Government Support for Business - Business, Innovation and Skills Contents


5  Conclusion

64. Our inquiry looked over a broad range of Government business support initiatives. We found positive feedback about many aspects of this support offer, with expectations of further positive developments as institutions such as the British Business Bank, Green Investment Bank and UKTI continued to develop their role. We heard about increasing "confidence" and "aspirations" amongst businesses, which were slowly "beginning to translate into more growth, investment and job creation".[171] However, the Government has stated that "more can be done" to improve the support it offers to businesses.[172] We agree. The Government should be working to ensure its support efforts better serve the 4.9 million SMEs which make up such a significant part of the UK economy, by working to reduce the complexity of the support it offers and increase its stability.

COMPLEXITY AND POLICY DESIGN

65. Despite moves towards simplifying the support landscape, there remain a large number of schemes, each with different objectives, eligibility, funding and contact points. Over 600 different schemes are currently advertised on the Government's website, covering different locations, different industries, and being supported by different funding sources,[173] where businesses need "consistency and rationalisation".[174] Furthermore, we heard that, in terms of organisation and strategy:

    This whole area is confusing at the moment. You have LEPs. You have City Deals. You have Growth Hubs. You have unitary authorities. You have district authorities. You have county councils. You have that plethora that is out there, without very much steerage or guidance. This is one of the problems that you have. Without some steerage and guidance, everybody is left with a free­for­fall, and nobody is undertaking a needs analysis, if you like, of what business needs and what support is already out there. Again, from our evidence, you are very clearly seeing duplication. You are seeing overlapping. You are seeing a waste of public sector finances.[175]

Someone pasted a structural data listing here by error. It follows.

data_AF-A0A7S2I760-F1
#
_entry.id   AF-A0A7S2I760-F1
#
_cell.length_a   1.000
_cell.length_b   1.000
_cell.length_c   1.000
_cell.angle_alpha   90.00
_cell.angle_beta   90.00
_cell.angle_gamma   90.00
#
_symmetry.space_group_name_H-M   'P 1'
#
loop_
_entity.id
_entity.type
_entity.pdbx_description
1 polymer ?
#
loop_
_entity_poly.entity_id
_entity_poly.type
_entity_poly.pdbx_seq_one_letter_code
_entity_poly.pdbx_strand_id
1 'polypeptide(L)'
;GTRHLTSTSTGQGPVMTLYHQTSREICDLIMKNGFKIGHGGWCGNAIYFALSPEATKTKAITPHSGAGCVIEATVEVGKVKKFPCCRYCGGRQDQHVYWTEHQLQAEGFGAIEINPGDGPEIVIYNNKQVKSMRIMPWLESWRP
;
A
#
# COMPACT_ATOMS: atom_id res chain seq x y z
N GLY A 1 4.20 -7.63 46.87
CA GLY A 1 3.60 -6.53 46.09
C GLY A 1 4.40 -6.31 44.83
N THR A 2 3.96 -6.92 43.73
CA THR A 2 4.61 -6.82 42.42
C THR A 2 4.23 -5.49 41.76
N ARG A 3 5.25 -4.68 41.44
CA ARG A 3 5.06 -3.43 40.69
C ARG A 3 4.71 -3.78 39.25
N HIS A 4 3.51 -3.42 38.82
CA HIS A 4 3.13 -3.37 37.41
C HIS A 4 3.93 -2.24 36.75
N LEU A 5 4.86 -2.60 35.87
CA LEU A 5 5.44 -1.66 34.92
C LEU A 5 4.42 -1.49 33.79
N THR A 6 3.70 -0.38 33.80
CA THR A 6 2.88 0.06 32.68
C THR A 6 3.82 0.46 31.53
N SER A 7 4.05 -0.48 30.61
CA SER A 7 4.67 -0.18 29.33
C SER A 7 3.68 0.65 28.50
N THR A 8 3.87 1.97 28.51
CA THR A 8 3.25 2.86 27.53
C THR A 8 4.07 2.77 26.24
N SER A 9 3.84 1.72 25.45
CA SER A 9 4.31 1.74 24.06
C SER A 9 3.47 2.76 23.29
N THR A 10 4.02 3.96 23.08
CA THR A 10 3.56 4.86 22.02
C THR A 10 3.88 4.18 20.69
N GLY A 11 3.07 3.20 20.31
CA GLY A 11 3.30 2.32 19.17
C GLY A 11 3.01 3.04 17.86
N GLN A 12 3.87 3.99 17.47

66. We also heard concerns about the extent to which these schemes were addressing the needs of business, with suggestions that a focus on narrowly defined outputs rather than broader business or economic outcomes was limiting their overall effectiveness.[176] For example, Dr Adam Marshall, Executive Director of Policy and External Affairs at the British Chambers of Commerce, told us that:

    So many business support schemes around the UK are let on contracts that specify output targets, and the chasing of those output targets becomes the be-all and end-all of the scheme. You will have great individuals working in those schemes trying to get outcomes for the businesses they are working with, but output targets still reign. That is a cultural problem of the square mile we are in here around Westminster and Whitehall rather than anyone else. Moving that focus would be helpful.[177]

67. The Department stated that measures to improve its policy evaluation processes were being introduced, including a systematic review of spending and appointment of a peer review panel of expert evaluators.[178] Regarding this evaluation, the Minster told us that: